- At the end, pay off what the writers expected and blow muggles’ minds. Then completely undercut it by tossing in an unearned and unrealistic twist that makes no sense. Repeat for ten episodes.
An Original series
Start with interesting idea, either adapted IP, or a completely new concept. Great. Now follow these steps:
- Make the pilot overlong, then start with a character who is much more interesting than your lead, but who isn’t your lead. For bonus points, make sure that this not lead character is a person of color and/or a woman, then make the real lead a white guy.
- Opening scene options: Generally, senseless and over-the-top violence, although confusing and muddled WTF is also acceptable.
- Be sure to show off your SFX budget as soon as possible, even if it adds nothing, but don’t get lazy. If you start your effects shot with future design, don’t give it up half-way through. People do notice.
- Don’t forget the sex scene, usually involving protagonist and SO, although Amazon Original sex seems to be of the “implied naked couple half covered by a sheet (and tits covered by an arm) while they lie on their sides facing each other to do some sort of impossible to get off hump while both having spectacular orgasms at the same time, regardless of the gender combo. (Exception: zero-G.)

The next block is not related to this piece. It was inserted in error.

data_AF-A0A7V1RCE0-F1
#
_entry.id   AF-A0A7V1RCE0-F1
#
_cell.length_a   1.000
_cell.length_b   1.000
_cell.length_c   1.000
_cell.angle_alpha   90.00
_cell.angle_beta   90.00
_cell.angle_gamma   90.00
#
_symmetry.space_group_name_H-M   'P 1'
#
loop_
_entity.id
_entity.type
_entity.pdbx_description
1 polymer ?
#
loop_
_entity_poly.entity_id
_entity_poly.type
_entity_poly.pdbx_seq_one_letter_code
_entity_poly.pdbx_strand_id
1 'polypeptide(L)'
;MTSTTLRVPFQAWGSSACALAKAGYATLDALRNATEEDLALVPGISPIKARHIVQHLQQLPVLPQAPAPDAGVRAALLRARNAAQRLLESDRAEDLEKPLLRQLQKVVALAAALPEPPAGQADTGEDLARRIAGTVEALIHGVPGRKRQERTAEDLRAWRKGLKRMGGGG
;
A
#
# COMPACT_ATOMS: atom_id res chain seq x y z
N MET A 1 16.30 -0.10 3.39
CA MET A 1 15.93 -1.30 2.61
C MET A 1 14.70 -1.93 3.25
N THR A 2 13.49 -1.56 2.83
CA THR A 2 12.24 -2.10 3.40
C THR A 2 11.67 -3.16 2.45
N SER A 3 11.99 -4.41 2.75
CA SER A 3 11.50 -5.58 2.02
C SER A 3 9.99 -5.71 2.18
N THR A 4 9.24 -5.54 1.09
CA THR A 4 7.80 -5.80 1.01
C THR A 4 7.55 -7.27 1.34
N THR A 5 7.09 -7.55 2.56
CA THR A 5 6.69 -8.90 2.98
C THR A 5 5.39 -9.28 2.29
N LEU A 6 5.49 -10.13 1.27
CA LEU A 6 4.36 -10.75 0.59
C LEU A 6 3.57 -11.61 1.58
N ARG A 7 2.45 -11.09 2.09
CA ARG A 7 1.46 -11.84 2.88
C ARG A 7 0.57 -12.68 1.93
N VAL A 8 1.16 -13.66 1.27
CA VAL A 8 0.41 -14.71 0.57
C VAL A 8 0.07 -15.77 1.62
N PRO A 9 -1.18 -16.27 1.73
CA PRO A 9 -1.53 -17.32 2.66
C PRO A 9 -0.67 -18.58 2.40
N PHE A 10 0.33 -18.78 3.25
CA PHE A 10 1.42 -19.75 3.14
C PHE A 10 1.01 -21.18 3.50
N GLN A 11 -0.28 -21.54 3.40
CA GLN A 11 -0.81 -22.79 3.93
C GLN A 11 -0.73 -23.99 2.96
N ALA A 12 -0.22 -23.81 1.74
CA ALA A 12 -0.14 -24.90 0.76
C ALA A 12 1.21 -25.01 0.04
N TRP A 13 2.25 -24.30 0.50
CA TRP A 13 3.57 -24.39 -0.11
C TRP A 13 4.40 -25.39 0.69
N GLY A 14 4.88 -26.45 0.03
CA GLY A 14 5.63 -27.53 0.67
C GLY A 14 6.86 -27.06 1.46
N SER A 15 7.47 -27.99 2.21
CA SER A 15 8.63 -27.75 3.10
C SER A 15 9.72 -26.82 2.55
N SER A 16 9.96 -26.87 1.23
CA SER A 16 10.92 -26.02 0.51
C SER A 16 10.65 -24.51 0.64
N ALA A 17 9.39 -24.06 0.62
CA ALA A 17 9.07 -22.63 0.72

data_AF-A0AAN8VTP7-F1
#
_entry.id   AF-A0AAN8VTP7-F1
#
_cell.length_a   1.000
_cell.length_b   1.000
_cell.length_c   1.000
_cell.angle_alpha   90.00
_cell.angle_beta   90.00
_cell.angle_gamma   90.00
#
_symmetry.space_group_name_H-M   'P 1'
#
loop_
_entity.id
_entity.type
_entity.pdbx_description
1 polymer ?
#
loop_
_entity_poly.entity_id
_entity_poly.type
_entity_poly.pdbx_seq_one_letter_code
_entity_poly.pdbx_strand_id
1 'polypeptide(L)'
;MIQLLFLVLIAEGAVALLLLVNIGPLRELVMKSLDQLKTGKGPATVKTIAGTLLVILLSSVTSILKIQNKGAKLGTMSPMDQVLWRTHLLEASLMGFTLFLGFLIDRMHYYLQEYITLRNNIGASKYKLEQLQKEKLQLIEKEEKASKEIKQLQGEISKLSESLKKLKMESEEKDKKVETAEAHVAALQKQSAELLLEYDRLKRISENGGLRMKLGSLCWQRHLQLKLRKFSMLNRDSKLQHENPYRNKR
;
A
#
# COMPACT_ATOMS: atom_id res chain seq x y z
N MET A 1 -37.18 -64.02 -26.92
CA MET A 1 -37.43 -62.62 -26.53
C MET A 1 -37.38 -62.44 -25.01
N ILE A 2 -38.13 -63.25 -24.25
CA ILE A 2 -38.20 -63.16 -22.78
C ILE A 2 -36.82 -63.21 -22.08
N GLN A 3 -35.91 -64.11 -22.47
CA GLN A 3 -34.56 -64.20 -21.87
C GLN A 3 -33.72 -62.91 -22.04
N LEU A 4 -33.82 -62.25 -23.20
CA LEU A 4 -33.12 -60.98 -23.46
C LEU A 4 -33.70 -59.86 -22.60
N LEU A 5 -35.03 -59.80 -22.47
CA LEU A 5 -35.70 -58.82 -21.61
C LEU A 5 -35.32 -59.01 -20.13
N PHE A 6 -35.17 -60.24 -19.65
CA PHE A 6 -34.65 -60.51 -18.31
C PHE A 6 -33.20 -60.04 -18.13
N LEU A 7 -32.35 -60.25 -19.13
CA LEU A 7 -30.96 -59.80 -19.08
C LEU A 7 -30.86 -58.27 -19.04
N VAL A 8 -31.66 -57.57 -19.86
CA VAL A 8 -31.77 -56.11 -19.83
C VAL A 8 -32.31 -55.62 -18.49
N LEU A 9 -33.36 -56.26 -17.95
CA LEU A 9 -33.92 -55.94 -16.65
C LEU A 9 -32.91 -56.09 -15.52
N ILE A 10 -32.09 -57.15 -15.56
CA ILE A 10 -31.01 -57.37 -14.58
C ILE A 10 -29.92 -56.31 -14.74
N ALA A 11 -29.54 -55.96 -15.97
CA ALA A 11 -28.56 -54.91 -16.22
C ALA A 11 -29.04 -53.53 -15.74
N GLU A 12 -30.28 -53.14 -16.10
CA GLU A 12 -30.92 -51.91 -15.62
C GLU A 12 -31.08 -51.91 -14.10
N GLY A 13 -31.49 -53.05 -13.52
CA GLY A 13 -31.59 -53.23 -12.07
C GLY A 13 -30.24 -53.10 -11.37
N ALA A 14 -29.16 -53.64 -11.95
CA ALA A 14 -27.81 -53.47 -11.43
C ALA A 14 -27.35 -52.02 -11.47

- At every turn, telegraph the hell out of shit. Okay, you think you aren’t and you’re being clever, and maybe non-creative viewers don’t get it, but FFS… out of all the shows I’m going to mention below, there are only two exceptions in which I didn’t figure out the entire series plotline by the end of the first act of the pilot. One of those was because the writing was just too damn good. The other was because the writing was just so confused and muddled.
- Did I mention the over-the-top SFX violence or gore? If you’re ambitious, go for twice. And don’t fail to shoot scenes in ways that will make your audience ask, “Did we really need to fucking see this?”
You know, if Pier Paolo Pasolini were still alive, he would probably be the most successful producer and creator on Amazon Prime.
But let’s look at my hot takes of some Prime Originals I have tried to sit through, and whether I did or didn’t get past the pilot, and why. (Hint: I really only got past the pilot twice.)
1. The Boys
This was a clever attempt at deconstructing the super-hero world from a very logical point of view: What about all of the innocent people who are inadvertently injured, killed, or have their lives destroyed when the “supers” do battle all across their hometown?